A new study has found that humans may be able to distinguish up to 1 trillion different odors.

To find out how many odors we can distinguish, researchers asked 26 participants to put their noses to the test. During each experiment, study participants were asked to smell the contents of three vials that the scientists had mixed themselves using 128 different odor molecules. Two of the vials contained the same mixture, while one did not. The participants’ task was to identify the odd mixture. Then, using the statistics obtained during the tests, the researchers were able to determine that people can distinguish two odors when their components differ by more than half.

Based on the smells of the homeless in the NYC subway, I’m guessing we can perceive much more than 1 trillion.

Kyle Hill at Discover magazine delves into Scooby Doo’s speech impediment.

I asked Dr. Long whether or not Scooby portrayed a disorder already described in the medical literature. Apparently, the affliction is the exclusive problem of talking dogs. “Scooby’s error pattern doesn’t have a specific name, at least not one that we commonly use in clinical practice,” he told me. Children don’t seem to experience anything like this and adults with speech difficulties don’t develop it, even after something like a stroke. This is because Scooby’s rhotic replacement goes deeper than something like a lisp.

I always thought he talked funny because he was a dog.

Fox Sports has given us a bracket of the best Seinfeld episodes.

Since brackets are all the rage these days, the Buzzer is getting in on the action to determine the greatest “Seinfeld” episode of all time.

It wasn’t easy, but we’ve come up with a Field of 32. The Contest, The Soup Nazi, The Marine Biologist and The Boyfriend landed No. 1 seeds.

My final four is The Soup Nazi, The Marine Biologist, The Contest, and The Chinese Restaurant.

Canadian broadcast regulations state that at least 35% of all programming must be written, produced, presented, or otherwise contributed to by persons from Canada (thanks Wikipedia), which is why the Canadian Radio-television and Telecommunications Commission (CRTC) is going after three porn channels for not having enough Canadian originated content.

To what extent the channels violate the rules is not stated in the hearing notice. Their schedules include what appear to be Canadian shows, “Men of Toronto” and “Canadian Quickies” among them. The nationality of some other programs, including “Sword Master” and “Filthy Pervs,” is less clear.

[...]

“It’s true that, without CanCon, ‘Debbie’ in ‘Debbie Does Deep River’ might never have been given her shot at stardom,” The Globe and Mail, a Toronto newspaper, said in an editorial. “But is this really something a government regulator should be fighting for? When did porn become a strategic industry?”

The editorial added, “And rumor has it that there’s an entire world of porn to be had on the Internet, free from C.R.T.C. oversight.”

I wonder if someone from the CRTC had to sit through some period of time of the programming while making notes?

Too bad that all the people who know how to run the country are busy driving taxicabs and cutting hair.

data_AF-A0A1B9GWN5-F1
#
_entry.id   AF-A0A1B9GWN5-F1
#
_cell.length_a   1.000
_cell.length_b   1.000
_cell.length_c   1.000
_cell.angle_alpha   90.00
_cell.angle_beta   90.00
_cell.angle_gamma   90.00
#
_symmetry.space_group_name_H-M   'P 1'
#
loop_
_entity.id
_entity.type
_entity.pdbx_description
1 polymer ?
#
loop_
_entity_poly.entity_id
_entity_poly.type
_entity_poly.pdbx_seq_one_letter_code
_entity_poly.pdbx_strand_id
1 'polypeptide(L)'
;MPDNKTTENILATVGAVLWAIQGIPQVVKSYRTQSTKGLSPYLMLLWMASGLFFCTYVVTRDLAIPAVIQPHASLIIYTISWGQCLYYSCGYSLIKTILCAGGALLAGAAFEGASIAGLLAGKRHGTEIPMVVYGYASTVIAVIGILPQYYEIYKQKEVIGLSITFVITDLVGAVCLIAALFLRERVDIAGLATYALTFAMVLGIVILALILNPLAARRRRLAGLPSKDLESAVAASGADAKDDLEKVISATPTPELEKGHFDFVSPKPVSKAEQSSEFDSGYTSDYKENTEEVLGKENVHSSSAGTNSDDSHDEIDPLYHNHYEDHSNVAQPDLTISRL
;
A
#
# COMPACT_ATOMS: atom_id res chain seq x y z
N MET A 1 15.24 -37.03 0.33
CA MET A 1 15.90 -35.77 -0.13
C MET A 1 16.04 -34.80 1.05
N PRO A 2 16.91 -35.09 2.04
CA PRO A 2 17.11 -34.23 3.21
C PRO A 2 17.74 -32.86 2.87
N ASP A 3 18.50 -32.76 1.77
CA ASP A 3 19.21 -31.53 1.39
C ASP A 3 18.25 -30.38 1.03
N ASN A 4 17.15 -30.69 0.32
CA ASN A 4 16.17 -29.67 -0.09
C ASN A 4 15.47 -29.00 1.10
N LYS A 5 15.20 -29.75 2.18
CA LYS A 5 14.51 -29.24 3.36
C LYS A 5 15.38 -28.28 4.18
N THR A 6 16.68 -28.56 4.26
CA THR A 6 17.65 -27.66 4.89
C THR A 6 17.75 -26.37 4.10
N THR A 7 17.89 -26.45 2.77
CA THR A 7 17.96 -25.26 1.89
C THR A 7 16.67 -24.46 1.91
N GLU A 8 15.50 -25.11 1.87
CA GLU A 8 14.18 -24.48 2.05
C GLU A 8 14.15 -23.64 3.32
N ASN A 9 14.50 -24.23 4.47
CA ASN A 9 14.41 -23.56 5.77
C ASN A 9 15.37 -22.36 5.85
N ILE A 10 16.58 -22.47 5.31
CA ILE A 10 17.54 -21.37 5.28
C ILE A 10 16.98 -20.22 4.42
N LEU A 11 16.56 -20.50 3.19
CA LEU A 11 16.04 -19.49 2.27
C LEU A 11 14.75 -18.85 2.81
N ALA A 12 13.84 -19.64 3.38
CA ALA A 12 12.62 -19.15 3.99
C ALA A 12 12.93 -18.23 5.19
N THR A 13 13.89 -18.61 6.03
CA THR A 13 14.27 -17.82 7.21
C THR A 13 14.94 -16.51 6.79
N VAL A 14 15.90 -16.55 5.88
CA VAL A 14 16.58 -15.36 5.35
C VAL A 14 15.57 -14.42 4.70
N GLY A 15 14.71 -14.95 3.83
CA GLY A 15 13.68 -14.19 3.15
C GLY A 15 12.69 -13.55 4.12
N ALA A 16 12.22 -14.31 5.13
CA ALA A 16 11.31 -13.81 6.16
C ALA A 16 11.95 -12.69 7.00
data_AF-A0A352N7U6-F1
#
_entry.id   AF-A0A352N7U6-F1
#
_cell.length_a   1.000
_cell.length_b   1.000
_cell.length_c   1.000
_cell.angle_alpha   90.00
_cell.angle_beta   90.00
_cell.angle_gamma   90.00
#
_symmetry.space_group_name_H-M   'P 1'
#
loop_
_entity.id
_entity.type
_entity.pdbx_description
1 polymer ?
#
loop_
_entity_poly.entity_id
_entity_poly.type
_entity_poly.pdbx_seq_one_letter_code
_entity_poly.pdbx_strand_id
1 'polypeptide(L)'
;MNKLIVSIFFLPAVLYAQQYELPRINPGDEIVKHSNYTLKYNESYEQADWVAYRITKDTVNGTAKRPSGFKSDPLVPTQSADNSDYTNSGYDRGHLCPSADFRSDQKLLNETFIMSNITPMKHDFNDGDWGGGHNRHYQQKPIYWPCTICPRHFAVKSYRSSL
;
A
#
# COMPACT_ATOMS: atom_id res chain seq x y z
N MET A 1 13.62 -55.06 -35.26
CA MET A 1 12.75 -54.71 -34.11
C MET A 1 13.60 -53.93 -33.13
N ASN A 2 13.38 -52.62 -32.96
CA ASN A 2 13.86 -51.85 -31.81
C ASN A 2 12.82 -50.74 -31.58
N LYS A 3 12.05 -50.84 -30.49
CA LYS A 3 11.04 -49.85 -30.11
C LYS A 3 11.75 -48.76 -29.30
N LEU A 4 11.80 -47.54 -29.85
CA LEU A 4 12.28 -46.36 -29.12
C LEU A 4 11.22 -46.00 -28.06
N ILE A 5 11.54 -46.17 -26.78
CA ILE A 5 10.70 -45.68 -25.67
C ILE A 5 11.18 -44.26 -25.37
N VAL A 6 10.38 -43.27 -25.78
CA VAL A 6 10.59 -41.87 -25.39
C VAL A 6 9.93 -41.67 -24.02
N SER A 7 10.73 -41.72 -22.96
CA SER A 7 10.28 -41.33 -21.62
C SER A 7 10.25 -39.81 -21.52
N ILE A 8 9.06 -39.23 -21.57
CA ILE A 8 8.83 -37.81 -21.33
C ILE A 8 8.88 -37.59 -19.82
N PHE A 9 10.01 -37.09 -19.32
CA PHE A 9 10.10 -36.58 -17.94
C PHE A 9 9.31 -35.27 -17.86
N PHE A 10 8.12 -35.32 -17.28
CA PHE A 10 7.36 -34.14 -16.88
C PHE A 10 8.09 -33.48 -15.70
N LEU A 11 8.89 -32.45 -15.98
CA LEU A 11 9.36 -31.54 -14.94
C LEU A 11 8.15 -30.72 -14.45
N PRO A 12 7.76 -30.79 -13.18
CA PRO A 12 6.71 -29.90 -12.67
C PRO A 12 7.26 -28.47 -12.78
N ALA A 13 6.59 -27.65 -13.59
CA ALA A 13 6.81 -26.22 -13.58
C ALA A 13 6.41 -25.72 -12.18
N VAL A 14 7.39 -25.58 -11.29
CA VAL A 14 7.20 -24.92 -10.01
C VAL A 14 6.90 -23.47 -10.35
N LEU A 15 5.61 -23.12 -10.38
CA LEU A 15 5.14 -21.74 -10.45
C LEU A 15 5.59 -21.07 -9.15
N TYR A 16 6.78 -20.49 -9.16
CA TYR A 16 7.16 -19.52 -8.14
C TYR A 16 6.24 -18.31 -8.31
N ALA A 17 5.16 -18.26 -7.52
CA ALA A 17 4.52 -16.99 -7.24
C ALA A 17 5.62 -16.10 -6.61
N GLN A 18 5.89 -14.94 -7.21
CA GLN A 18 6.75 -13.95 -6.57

— George Burns

Yelp has revealed it’s Top 100 places to eat in the U.S.

Engineers on Yelp’s data mining team used a technique based on the Wilson Score to compile a list of highly rated places to eat. This method takes into account both star rating and number of reviews to reveal which spots not only have top notch ratings, but also which are most popular in the Yelp community.

Of course, since it’s only using Yelp’s data, the results are skewed towards the type of people who actively use Yelp. Case in point: NYC’s top rated place to eat is a food truck. While it is quite good, I don’t know anyone who would list it at number one in the city.

The Times informs us that Moviefone’s phone line is going dead.

“It’s a missed opportunity and unfortunately characterizes the way AOL has mismanaged the Moviefone business for quite a while,” Mr. Jarecki said. “The fact that a lot of people still call — hundreds of thousands a month, from what I have been told — shows that it isn’t some ancient idea.” AOL responded in an emailed statement, “Moviefone is one of the best-known brands in entertainment, and we believe it can mesh seamlessly with AOL’s strategic focus on premium content and video.”

Yeah, cause that’s working so well for AOL’s other brands.

Slate explains how Da Vinci’s “Vitruvian Man” may be the perfect illustration of man…because of a hernia.

But in selecting his model for human perfection, Leonardo also managed to depict how our perfect bodies, upon closer inspection, are never so perfect after all. His sketch also reminds us that there is a certain futility in humans’ historic search for an exemplar, the one individual we can all point to and call the pinnacle of the human form.

I just thought it was his pubes.

John Stanmeyer’s “Signal” won World Press Photo of the Year, and thinkTank Photo brings us his thoughts on the photo.

What I try to do on every assignment is wander about, getting lost.

This is good advice for everybody, not just a photographer on assignment.

Two studies indicate that whole-fat milk and dairy products might be better at keeping the pounds off than their low-fat counterparts.

The second study, published in the European Journal of Nutrition, is a meta-analysis of 16 observational studies. There has been a hypothesis that high-fat dairy foods contribute to obesity and heart disease risk, but the reviewers concluded that the evidence does not support this hypothesis. In fact, the reviewers found that in most of the studies, high-fat dairy was associated with a lower risk of obesity.